With primary season in full swing, things are about to get a whole lot more hectic as we’re just a couple of days removed from Bernie Sanders’s large win in New Hampshire and we’re already at the debate that will take us into Nevada on February 20th. While I know many pundits like to make a big deal out of Iowa and New Hampshire, as I’ve said before, neither state has really proven to matter a great deal in the grand scheme of things. In fact, when it comes to New Hampshire, no candidate from either party has won the state primary and gone on to become president since George H. W. Bush did it in 1988.
For me, now is when primary season really kicks into gear. Especially South Carolina, the state all of the last five presidents won prior to moving into the White House.
Well, tonight was a Democratic debate that really didn’t bring with it a great deal of intrigue. Though, like the New Hampshire debate, I expected a bit more conflict between the two. With Martin O’Malley stepping out, it seemed to open the door for these two candidates to take on one another on key issues more so than when they were having to share the stage.
I’m not going to lie folks, this debate didn’t bring much new to the table for those of us who’ve seen the previous debates. Not that it was bad, but it was basically the same thing we’ve heard both candidates say plenty of times before.
Hillary Clinton did decent, though I wouldn’t say this was her best showing. I think she does well when it comes to addressing basically every issue but campaign contributions from Wall Street. Though the truth of the matter is, there’s nothing she can say that’s going to appease people who find the contributions to be a valid reason to oppose her. Personally, I believe someone can act ethically while still having a Super PAC – some disagree. As she said tonight, President Obama took a lot of money from Wall Street and went on to pass Dodd-Frank, so it’s a bit disingenuous to claim a politician who has a Super PAC supporting them can’t act ethically. Either way, when it comes to addressing concerns about Wall Street, that’s where Clinton struggles the most. This is an area Sanders continually “wins” during these debates and his message clearly resonates with millions of people.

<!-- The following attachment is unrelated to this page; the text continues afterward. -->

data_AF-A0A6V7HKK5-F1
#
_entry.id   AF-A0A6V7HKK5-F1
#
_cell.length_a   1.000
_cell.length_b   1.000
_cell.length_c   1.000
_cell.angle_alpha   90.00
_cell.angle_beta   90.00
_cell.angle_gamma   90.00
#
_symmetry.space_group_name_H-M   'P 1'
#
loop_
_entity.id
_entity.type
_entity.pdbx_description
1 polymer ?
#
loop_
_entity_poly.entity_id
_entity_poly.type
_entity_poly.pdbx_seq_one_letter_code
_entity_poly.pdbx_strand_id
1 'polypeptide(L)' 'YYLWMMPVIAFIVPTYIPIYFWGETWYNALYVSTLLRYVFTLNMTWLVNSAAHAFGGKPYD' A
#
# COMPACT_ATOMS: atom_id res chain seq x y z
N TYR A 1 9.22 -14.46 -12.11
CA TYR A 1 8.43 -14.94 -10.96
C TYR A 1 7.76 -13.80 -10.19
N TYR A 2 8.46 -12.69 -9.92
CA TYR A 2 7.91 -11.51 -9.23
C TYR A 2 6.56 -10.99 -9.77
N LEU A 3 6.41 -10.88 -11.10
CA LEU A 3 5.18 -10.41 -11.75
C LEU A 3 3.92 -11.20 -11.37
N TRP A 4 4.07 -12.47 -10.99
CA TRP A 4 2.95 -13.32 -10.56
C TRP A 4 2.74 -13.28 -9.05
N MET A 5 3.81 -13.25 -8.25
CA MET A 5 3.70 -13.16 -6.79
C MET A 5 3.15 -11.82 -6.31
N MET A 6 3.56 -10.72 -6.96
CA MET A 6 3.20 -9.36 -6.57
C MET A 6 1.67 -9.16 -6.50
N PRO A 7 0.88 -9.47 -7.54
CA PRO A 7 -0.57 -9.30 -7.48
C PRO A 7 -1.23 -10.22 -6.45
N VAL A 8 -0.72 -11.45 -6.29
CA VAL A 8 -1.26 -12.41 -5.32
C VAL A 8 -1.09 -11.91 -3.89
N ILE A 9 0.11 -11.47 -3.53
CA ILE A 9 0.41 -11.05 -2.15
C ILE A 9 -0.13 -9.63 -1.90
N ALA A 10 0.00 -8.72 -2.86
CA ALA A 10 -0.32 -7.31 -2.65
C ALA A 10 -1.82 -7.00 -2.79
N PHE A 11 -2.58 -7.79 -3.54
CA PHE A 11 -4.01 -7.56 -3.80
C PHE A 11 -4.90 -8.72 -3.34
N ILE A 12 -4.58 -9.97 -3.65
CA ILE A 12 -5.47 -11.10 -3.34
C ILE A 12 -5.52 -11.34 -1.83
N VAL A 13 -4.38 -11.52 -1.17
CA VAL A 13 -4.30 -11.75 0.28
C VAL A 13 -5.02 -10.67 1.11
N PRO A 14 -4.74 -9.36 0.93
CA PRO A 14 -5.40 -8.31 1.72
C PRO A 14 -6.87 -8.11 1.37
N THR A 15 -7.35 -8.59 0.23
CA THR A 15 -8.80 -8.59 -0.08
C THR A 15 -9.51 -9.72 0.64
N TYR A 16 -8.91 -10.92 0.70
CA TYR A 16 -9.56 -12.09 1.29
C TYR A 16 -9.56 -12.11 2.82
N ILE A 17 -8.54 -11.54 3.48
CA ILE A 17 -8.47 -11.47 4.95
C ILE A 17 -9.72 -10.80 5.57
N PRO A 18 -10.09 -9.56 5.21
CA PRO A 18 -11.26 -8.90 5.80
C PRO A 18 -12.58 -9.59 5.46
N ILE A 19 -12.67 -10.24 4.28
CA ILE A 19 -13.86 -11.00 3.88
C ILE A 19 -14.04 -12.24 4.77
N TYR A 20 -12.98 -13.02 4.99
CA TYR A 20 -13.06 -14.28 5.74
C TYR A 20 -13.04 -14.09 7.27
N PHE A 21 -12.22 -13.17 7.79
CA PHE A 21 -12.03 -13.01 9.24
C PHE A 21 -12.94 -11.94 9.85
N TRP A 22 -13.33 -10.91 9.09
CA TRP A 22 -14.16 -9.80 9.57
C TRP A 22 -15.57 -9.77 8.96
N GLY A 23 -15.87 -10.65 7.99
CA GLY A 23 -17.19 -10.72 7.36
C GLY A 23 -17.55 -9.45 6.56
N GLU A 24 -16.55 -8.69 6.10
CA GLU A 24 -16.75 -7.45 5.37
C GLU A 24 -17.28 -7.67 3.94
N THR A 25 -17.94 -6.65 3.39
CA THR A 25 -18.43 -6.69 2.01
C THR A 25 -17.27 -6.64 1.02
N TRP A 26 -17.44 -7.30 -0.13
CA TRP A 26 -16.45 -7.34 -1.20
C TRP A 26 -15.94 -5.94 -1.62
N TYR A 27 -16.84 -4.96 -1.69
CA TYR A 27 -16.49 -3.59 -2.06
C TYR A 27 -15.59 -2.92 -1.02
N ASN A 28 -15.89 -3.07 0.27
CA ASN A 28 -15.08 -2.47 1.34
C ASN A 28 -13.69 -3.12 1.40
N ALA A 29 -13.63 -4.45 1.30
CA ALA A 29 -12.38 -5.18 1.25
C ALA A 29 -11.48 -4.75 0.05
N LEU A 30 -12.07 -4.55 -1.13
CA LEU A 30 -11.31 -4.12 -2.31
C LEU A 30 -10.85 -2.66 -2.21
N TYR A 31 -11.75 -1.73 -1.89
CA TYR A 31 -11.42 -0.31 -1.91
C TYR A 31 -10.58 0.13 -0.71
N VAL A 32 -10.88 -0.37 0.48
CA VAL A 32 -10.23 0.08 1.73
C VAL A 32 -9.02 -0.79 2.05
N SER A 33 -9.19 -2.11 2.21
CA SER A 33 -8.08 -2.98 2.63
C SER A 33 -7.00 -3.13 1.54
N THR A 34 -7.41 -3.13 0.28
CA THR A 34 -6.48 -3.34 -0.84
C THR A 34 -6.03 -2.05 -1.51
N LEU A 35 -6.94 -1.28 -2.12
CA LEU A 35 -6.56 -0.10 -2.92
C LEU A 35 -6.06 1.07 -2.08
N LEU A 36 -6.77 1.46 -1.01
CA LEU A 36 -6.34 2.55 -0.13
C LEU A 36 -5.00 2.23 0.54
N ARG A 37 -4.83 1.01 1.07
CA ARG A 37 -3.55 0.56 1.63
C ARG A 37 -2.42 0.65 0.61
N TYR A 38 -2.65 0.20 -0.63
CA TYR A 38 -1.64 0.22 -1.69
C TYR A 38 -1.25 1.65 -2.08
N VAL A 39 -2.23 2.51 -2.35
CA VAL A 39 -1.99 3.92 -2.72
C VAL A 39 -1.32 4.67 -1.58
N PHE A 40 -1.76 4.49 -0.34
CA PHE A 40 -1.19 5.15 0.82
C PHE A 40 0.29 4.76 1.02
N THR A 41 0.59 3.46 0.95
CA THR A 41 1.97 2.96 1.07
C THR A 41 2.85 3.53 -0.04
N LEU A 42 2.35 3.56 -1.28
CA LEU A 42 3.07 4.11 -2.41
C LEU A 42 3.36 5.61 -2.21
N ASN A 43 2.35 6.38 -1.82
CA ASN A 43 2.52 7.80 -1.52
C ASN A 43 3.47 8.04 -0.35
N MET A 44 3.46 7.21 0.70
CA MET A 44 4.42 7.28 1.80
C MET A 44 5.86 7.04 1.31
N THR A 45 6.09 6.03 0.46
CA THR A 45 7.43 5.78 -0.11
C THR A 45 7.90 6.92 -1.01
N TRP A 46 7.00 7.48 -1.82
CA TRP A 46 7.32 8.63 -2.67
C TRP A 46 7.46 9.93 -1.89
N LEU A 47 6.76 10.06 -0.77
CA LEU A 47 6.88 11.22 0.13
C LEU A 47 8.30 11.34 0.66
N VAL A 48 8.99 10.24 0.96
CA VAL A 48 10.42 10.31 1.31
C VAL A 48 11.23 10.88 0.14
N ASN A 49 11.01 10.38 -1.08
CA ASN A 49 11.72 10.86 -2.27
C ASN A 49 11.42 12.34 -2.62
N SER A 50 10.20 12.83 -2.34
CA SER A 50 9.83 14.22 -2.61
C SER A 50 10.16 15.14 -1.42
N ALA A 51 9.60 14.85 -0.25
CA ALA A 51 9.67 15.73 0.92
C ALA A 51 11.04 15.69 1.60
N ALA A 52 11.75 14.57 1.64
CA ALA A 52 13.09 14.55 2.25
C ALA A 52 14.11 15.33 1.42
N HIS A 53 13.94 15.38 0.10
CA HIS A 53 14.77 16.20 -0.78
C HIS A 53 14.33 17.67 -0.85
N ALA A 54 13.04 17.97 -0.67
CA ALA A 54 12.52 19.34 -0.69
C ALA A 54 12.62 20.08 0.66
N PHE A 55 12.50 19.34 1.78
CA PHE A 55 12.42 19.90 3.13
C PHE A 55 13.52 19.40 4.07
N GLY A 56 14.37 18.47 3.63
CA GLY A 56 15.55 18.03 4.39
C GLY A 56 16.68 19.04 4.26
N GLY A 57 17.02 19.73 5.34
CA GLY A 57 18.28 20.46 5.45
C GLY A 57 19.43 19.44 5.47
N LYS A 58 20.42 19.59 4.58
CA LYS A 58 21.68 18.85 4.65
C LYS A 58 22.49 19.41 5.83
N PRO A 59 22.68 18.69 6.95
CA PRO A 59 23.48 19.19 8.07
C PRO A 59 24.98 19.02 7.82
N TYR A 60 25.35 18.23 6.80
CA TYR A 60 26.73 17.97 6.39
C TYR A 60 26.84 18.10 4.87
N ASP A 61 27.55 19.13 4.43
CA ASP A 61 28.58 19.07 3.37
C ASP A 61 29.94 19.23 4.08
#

Clinton’s strongest area continues to be foreign policy and international issues. When the two candidates speak, she’s obviously much more well-rounded and informed about the intricacies of what’s going on in the Middle East.
I wouldn’t say Bernie Sanders did bad tonight, but from the start I said on Twitter that he looked incredibly flat and borderline angry. Without a doubt his “wheelhouse” is economic issues. This is where he thrives, and he hit on these issues very well this evening.
On foreign policy, I wouldn’t say he’s weak, he just goes to his talking points more than any actual detail about what he would do. Aside from frequently bringing up his vote on Iraq, that’s about all the foreign policy experience he ever goes into detail about. When he tried to bash Henry Kissinger, he looked somewhat weak when Clinton responded by saying a “Commander-in-Chief” needs to be open to ideas from many people, even if they don’t agree with everything that they’ve said or done. That doesn’t mean you’re required to follow any particular advice given from an individual, it just means you’re open to hearing them out. Though Sanders does play very well to those folks who believe that the Iraq vote is the end all be all standard setter for foreign policy experience.
Also, Sanders’s advisers should let him know that his constant waving down of the moderators and faces he makes when Clinton is answering is starting to get a bit ridiculous. Let’s not forget, we make fun of Donald Trump for doing such things. I’m sorry, but constantly doing that throughout the debate gets a bit old.
So, who won? I would say it was a tie. I might give a slight edge to Clinton because I think she really dominated the foreign policy part of the debate and also hit Sanders hard on his past criticism of President Obama. Sanders does better on economic issues, but neither candidate seemed overly “energized” this evening during the first hour or so. The second half of the debate was the most tense featuring a few sharp back and forth jabs from each candidate.
Another debate, another strong overall showing by two great candidates. I know I repeat myself as bad as Marco Rubio when I say this, but I always walk away from these debates proud of our Democratic choices for president this year. While Republicans struggle to pick the least terrible candidate in their pack of rabid hyenas, Democrats are trying to pick the best and most qualified responsible adult to lead this country.
Though no matter what your preference, we must all remember to come together once the nominee is selected and work together to make damn sure Republicans don’t take back the White House this November. The damage they would do might never be undone. There are literally millions of people in this country whose health care, marriage or even basic freedoms will be at risk if Republicans take back the Oval Office.
So, no matter if you’re an #ImWithHer or a #FeeltheBern person, remember, when it’s all said and done – #VoteBlueNoMatterWho.
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